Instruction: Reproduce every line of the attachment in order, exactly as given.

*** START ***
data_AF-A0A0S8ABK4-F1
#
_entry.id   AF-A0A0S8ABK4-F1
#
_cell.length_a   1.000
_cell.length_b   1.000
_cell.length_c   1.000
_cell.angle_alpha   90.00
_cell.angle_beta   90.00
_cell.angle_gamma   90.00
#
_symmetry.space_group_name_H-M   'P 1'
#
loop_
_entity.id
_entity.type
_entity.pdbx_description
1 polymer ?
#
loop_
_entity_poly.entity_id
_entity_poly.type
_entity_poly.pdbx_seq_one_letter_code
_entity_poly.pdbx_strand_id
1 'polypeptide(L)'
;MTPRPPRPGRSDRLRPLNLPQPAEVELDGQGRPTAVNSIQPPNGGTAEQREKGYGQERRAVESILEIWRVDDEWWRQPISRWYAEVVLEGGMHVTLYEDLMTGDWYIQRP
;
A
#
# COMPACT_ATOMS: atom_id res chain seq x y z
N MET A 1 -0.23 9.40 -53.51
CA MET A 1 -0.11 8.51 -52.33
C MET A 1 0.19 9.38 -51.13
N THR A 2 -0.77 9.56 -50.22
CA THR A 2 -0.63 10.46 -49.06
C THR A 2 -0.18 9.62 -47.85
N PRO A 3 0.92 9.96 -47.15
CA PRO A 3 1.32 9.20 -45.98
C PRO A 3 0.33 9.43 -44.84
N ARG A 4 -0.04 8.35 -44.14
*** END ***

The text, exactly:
data_AF-A0A0S8ABK4-F1
#
_entry.id   AF-A0A0S8ABK4-F1
#
_cell.length_a   1.000
_cell.length_b   1.000
_cell.length_c   1.000
_cell.angle_alpha   90.00
_cell.angle_beta   90.00
_cell.angle_gamma   90.00
#
_symmetry.space_group_name_H-M   'P 1'
#
loop_
_entity.id
_entity.type
_entity.pdbx_description
1 polymer ?
#
loop_
_entity_poly.entity_id
_entity_poly.type
_entity_poly.pdbx_seq_one_letter_code
_entity_poly.pdbx_strand_id
1 'polypeptide(L)'
;MTPRPPRPGRSDRLRPLNLPQPAEVELDGQGRPTAVNSIQPPNGGTAEQREKGYGQERRAVESILEIWRVDDEWWRQPISRWYAEVVLEGGMHVTLYEDLMTGDWYIQRP
;
A
#
# COMPACT_ATOMS: atom_id res chain seq x y z
N MET A 1 -0.23 9.40 -53.51
CA MET A 1 -0.11 8.51 -52.33
C MET A 1 0.19 9.38 -51.13
N THR A 2 -0.77 9.56 -50.22
CA THR A 2 -0.63 10.46 -49.06
C THR A 2 -0.18 9.62 -47.85
N PRO A 3 0.92 9.96 -47.15
CA PRO A 3 1.32 9.20 -45.98
C PRO A 3 0.33 9.43 -44.84
N ARG A 4 -0.04 8.35 -44.14